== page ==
This year marks a landmark for the Hyderabad House, being used by the Central government to host diplomatic banquets and meetings of visiting foreign dignitaries, in New Delhi.

The first step for the construction of the majestic building, the purchase of 8.2-acre land, was initiated by the Seventh Nizam of princely State of Hyderabad, Mir Osman Ali Khan, exactly a century ago. Construction of the building was necessitated after the British inducted the traditional rulers of princely states into a Chamber of Princes. These rulers needed accommodation in Delhi whenever they were supposed to attend the Chambers’ meetings convened by the British.


The lavish expenditure incurred on furnishing the palace notwithstanding, the Nizam and his sons were, however, said to have disliked the palace for its totally Westernised outlook.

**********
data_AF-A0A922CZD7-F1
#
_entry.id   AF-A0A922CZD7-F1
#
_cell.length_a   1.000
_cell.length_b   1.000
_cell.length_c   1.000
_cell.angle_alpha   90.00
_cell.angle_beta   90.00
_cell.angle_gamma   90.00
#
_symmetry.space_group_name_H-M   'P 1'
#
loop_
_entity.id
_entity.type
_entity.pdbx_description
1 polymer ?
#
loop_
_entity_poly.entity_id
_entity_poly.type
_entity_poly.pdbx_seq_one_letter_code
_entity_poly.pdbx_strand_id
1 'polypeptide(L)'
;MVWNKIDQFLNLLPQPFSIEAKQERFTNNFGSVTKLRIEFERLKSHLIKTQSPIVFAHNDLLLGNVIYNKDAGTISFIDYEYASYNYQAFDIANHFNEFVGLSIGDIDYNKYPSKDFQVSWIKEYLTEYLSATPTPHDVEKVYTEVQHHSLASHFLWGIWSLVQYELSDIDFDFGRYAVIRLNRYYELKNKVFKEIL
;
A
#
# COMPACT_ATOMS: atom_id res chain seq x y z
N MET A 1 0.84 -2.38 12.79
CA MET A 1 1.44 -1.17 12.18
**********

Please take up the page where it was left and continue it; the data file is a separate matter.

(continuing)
The Nizam visited the national capital in 1936 and going by the records preserved in the archives here, the public works department had spent ₹19,117 in connection with the arrangements for the Nizam’s camp at the palace in March 1936.

The Nizam finally visited the palace, 10 years after its construction and was said to have disliked the manner in which the construction and decoration was made. An anecdote says that the Nizam described the Hyderabad House as “horses’ stable”, not a royal palace, and the visit was said to be his last.